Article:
Tuesday, September 04, 2007

Catholic Piety vs. Superstition

A friend of mine (a former Roman Catholic) recently told me about the practice of burying a statue of St. Joseph in your yard when trying to sell your home. By burying the statue upside-down in your yard, your house is suppose to sell more quickly. You can even buy “St. Joseph Home Sale Kits” from Catholic Supply stores as well as read online testimonials from those who have used this practice “successfully”.

I have noted before that the majority of Roman Catholics (especially those I know in real life) are quite different than the online Roman Catholics I have met who tend to be more well-versed in their Church’s doctrines. Certainly this practice of burying a St. Joseph statue in your yard to sell your house would be frowned upon by well-catechized Roman Catholics, I thought.

So I was surprised to find the following excerpts on the Catholics United for the Faith website:

“The custom of burying a statue of St. Joseph for the purpose of selling one’s home can be in harmony with the teachings of the Church when grounded in prayer for St. Joseph’s intercession. At the same time, the Church cautions against superstitious beliefs such as attributing some power to the act of burying the statue.”

“Burying a statue of St. Joseph for the purpose of selling one’s home is an action similar to wearing a saint’s medal or a scapular…an external sign of their trust in St. Joseph as a powerful intercessor.”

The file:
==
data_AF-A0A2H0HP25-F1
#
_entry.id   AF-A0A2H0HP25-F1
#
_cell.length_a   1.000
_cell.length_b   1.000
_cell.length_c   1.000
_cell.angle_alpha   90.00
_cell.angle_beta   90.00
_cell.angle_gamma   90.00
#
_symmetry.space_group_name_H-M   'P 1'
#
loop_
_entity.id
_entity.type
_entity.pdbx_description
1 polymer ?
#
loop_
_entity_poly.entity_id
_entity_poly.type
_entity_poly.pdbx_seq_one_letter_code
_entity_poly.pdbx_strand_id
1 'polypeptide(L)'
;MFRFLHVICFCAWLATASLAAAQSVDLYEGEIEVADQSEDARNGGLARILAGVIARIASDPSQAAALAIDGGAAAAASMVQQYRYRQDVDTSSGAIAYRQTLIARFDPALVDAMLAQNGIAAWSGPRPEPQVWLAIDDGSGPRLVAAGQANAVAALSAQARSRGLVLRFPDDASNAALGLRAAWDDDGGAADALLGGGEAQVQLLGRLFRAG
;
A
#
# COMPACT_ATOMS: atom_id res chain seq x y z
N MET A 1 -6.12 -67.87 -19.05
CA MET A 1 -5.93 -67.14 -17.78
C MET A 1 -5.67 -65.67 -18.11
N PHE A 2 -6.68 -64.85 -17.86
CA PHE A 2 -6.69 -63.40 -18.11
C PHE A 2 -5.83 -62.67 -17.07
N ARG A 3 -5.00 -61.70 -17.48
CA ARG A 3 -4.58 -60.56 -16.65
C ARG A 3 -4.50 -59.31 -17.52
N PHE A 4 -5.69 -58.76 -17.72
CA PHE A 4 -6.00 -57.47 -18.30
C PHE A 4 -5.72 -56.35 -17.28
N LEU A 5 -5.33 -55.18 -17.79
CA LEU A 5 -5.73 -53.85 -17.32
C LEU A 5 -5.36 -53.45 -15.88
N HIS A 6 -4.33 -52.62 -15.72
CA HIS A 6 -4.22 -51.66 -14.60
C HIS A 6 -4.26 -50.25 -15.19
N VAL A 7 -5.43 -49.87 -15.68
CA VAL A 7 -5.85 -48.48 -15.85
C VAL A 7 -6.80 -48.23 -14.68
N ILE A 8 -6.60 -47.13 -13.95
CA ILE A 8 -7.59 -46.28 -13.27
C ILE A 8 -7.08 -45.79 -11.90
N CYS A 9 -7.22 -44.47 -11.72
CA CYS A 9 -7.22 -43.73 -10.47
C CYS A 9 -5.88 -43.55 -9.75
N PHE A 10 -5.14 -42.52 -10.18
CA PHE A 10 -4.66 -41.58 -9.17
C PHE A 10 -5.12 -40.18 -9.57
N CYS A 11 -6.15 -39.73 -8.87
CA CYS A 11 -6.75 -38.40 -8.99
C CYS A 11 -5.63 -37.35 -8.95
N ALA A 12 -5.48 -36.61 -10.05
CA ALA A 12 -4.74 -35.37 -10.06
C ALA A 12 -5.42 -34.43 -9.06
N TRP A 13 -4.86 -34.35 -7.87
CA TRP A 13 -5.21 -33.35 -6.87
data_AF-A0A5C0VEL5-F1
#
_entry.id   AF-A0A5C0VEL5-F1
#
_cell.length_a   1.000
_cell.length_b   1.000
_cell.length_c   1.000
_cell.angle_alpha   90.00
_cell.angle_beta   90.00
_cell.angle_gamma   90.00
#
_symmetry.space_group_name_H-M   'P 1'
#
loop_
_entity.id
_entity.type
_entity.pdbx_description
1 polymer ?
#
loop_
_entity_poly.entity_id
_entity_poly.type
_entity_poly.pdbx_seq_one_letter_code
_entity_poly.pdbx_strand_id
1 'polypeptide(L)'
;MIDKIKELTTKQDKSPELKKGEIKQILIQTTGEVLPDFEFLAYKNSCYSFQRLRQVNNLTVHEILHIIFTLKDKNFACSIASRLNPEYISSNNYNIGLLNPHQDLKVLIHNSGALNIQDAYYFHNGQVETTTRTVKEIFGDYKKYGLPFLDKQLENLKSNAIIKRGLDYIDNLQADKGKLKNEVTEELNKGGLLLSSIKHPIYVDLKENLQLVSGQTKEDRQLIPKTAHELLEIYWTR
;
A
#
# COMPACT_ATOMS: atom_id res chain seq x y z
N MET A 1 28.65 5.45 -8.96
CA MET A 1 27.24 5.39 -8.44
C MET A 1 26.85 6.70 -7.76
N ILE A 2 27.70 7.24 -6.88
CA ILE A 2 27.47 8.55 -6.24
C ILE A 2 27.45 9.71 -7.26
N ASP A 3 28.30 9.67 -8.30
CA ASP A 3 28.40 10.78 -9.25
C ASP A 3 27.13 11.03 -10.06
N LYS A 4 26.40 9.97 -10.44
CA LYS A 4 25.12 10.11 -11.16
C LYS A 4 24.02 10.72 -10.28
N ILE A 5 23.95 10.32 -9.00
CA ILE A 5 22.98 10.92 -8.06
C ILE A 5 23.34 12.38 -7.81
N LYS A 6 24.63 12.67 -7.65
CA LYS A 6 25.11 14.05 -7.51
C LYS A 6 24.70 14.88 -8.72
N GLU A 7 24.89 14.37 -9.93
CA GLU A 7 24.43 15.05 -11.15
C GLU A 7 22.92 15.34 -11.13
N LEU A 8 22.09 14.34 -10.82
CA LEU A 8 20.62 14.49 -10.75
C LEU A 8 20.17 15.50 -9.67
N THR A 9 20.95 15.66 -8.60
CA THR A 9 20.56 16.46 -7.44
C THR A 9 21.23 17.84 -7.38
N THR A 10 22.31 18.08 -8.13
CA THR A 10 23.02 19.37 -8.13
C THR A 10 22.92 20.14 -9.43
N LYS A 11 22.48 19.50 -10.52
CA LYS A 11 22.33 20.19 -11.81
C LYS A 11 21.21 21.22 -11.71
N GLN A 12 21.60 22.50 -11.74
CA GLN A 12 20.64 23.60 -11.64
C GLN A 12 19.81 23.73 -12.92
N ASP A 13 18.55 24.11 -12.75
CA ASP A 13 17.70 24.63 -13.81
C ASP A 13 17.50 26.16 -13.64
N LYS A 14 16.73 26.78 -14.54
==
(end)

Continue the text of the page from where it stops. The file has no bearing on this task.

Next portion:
“The Church neither encourages nor discourages this practice. She recognizes that different forms of piety and popular devotion can be beneficial to believers, helping them to grow in faith, trust, and personal holiness.”


However, Jimmy Akin disagrees with CUF as stated in his article on the same topic:

“While it is reasonable to ask St. Joseph for his intercession in helping buy or sell a home… the idea of burying a statue of him upside down has no plausible connection to any patronly interest he might have in housing.

Because an efficacy is attributed to a religious act that has no apparent rational basis, the act qualifies as superstition or a perverse excess of religion. The Catechism notes that "Superstition in some sense represents a perverse excess of religion" (CCC 2110).”


However, some of Akin’s commenters disagreed with him. So who is right?

Apparently this is an area of uncertainty for the Roman Catholic since there is no infallible judgment by their Church and an area of general disagreement as to whether the practice would qualify as “superstitious” or not. On the surface this doesn’t sound like a big deal until you realize that the catechism paragraph that Akin referred to (CCC 2110) deals with the first commandment and keeping the commandments is necessary in Roman Catholic soteriology (CCC 2068).

That leaves the Roman Catholic walking a thin line between honorable Catholic piety and potentially damning idolatry. Despite their possession of an infallible authority to provide certainty in matters of faith and morals, the only thing the Roman Catholic is left with in determining whether the simple matter (with heavy implications) of statue-burying is superstitious or not is their own private judgment.

Funny how that works.


On an interesting side note…in the post by Jimmy Akin, one of his commenters had this to say in response:

“Jimmy, I fear that your Protestant background has coloured your response to this person's inquiry. This practice is not necessarily superstitous, if by it the worshipper is simply intending to visibly manifest his prayer to Saint Joseph.”


If you have ever been the target of online Catholic critiques of your personal motives, you may find Akin’s reponse back amusing: